From H.G. Lang, “An Investigation of the Reliability of a Criterion-Referenced Test in Science: Implications for Individualized Educational Planning for Handicapped Students,” unpublished doctoral dissertation, University of Rochester, Rochester, NY, 1979.
Criterion-referenced tests in science: An investigation of reliability, validity, and standards-setting†
Article first published online: 18 AUG 2006
Copyright © 1982 Wiley Periodicals, Inc., A Wiley Company
Journal of Research in Science Teaching
Volume 19, Issue 8, pages 665–674, November 1982
How to Cite
Lang, H. G. (1982), Criterion-referenced tests in science: An investigation of reliability, validity, and standards-setting. J. Res. Sci. Teach., 19: 665–674. doi: 10.1002/tea.3660190806
- Issue published online: 18 AUG 2006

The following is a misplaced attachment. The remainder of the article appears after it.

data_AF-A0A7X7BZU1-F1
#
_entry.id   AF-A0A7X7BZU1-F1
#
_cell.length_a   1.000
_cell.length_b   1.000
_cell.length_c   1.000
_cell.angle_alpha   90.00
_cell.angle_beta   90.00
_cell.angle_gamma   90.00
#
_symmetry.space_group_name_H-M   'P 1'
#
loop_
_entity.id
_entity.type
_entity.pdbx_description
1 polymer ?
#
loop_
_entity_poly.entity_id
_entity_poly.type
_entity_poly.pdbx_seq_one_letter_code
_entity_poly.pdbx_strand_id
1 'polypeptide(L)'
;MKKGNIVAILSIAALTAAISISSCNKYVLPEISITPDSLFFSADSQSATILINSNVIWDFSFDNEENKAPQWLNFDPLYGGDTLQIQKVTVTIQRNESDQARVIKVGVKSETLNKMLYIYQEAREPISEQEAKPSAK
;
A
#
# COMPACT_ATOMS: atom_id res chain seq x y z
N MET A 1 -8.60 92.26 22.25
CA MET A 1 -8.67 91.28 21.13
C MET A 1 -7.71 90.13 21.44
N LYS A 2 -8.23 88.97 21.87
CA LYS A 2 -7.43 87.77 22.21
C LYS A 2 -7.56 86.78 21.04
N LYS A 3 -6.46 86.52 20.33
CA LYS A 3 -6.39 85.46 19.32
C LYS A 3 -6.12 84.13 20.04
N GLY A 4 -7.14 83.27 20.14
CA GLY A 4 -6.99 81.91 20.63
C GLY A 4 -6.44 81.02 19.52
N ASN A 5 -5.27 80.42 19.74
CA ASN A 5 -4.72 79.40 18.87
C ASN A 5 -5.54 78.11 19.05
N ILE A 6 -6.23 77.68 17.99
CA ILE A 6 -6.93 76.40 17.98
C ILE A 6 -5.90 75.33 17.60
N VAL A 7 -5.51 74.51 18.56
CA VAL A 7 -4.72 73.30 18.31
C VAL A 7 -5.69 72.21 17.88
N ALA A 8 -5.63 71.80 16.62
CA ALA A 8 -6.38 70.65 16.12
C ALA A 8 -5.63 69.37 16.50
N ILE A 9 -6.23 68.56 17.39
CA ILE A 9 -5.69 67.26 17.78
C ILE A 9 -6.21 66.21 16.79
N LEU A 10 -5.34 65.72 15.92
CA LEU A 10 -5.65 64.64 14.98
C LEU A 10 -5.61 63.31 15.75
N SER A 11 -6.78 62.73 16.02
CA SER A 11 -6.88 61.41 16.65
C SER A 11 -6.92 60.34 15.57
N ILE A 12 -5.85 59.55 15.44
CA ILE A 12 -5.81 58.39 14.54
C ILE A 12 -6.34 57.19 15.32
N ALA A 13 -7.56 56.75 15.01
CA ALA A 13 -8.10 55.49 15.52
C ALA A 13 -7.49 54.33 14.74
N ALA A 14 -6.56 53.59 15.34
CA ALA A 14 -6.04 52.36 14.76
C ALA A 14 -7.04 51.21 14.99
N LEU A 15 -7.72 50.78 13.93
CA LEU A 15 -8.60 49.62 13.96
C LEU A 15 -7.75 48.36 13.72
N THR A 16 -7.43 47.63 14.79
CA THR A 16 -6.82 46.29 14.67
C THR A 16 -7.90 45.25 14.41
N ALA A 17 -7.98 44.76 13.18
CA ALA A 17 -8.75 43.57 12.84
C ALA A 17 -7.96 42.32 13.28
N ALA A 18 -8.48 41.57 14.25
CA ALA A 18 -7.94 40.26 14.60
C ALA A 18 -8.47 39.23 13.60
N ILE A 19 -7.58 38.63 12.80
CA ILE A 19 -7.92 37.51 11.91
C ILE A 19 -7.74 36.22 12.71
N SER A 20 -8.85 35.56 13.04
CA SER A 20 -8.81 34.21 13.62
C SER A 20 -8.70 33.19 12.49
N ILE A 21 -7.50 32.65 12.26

- Article first published online: 18 AUG 2006
- Manuscript Accepted: 21 APR 1982
Science teachers regularly find themselves confronted with the problem of determining the present level of performance of a student with respect to the course content. Those who approach the assessment of ability and/or achievement within a criterion-referenced measurement framework need to know how accurate and consistent the decision-making procedures are likely to be. In the present study, reliability, validity, and a standards-setting procedure for a criterion-referenced test were examined for use within a science curriculum. The results indicate that there are a number of factors influencing the reliability and validity of the test and that science teachers involved with criterion-referenced measurement need to be aware of these factors to enhance the accuracy of their judgments.